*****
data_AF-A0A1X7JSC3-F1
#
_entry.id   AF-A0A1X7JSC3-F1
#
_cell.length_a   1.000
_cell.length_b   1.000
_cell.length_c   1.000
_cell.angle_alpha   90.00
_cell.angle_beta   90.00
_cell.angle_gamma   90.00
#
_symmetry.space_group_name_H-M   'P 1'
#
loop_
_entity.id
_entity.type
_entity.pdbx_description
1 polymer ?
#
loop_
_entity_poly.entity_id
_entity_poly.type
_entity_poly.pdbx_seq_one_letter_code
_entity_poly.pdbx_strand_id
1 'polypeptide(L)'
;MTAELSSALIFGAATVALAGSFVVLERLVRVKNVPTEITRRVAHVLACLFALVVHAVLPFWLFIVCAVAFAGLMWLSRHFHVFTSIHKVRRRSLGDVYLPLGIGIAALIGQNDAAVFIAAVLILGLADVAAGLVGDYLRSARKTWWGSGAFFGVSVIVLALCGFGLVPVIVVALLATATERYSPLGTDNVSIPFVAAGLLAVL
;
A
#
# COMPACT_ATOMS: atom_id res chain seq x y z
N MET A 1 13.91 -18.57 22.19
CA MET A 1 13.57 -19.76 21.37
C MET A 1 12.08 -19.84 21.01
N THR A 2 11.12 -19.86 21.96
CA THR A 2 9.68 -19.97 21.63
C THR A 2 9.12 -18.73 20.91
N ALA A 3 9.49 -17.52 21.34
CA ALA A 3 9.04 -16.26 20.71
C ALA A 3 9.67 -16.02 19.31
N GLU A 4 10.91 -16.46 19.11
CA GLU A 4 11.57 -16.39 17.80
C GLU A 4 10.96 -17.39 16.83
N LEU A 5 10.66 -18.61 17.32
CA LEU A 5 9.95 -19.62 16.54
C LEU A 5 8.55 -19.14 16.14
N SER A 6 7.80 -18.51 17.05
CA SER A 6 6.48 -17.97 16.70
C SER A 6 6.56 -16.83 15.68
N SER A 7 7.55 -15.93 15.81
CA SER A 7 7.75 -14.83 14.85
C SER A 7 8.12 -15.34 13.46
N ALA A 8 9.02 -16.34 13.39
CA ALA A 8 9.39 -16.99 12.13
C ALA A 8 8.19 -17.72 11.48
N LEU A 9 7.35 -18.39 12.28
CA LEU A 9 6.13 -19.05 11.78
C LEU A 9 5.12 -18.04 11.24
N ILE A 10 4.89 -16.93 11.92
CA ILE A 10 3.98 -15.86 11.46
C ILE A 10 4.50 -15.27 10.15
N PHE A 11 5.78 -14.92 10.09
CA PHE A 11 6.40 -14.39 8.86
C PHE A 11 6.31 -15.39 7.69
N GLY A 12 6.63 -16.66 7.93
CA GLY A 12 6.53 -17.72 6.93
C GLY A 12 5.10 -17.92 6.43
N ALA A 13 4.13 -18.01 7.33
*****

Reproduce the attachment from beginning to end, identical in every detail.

data_AF-A0A1X7JSC3-F1
#
_entry.id   AF-A0A1X7JSC3-F1
#
_cell.length_a   1.000
_cell.length_b   1.000
_cell.length_c   1.000
_cell.angle_alpha   90.00
_cell.angle_beta   90.00
_cell.angle_gamma   90.00
#
_symmetry.space_group_name_H-M   'P 1'
#
loop_
_entity.id
_entity.type
_entity.pdbx_description
1 polymer ?
#
loop_
_entity_poly.entity_id
_entity_poly.type
_entity_poly.pdbx_seq_one_letter_code
_entity_poly.pdbx_strand_id
1 'polypeptide(L)'
;MTAELSSALIFGAATVALAGSFVVLERLVRVKNVPTEITRRVAHVLACLFALVVHAVLPFWLFIVCAVAFAGLMWLSRHFHVFTSIHKVRRRSLGDVYLPLGIGIAALIGQNDAAVFIAAVLILGLADVAAGLVGDYLRSARKTWWGSGAFFGVSVIVLALCGFGLVPVIVVALLATATERYSPLGTDNVSIPFVAAGLLAVL
;
A
#
# COMPACT_ATOMS: atom_id res chain seq x y z
N MET A 1 13.91 -18.57 22.19
CA MET A 1 13.57 -19.76 21.37
C MET A 1 12.08 -19.84 21.01
N THR A 2 11.12 -19.86 21.96
CA THR A 2 9.68 -19.97 21.63
C THR A 2 9.12 -18.73 20.91
N ALA A 3 9.49 -17.52 21.34
CA ALA A 3 9.04 -16.26 20.71
C ALA A 3 9.67 -16.02 19.31
N GLU A 4 10.91 -16.46 19.11
CA GLU A 4 11.57 -16.39 17.80
C GLU A 4 10.96 -17.39 16.83
N LEU A 5 10.66 -18.61 17.32
CA LEU A 5 9.95 -19.62 16.54
C LEU A 5 8.55 -19.14 16.14
N SER A 6 7.80 -18.51 17.05
CA SER A 6 6.48 -17.97 16.70
C SER A 6 6.56 -16.83 15.68
N SER A 7 7.55 -15.93 15.81
CA SER A 7 7.75 -14.83 14.85
C SER A 7 8.12 -15.34 13.46
N ALA A 8 9.02 -16.34 13.39
CA ALA A 8 9.39 -16.99 12.13
C ALA A 8 8.19 -17.72 11.48
N LEU A 9 7.35 -18.39 12.28
CA LEU A 9 6.13 -19.05 11.78
C LEU A 9 5.12 -18.04 11.24
N ILE A 10 4.89 -16.93 11.92
CA ILE A 10 3.98 -15.86 11.46
C ILE A 10 4.50 -15.27 10.15
N PHE A 11 5.78 -14.92 10.09
CA PHE A 11 6.40 -14.39 8.86
C PHE A 11 6.31 -15.39 7.69
N GLY A 12 6.63 -16.66 7.93
CA GLY A 12 6.53 -17.72 6.93
C GLY A 12 5.10 -17.92 6.43
N ALA A 13 4.13 -18.01 7.33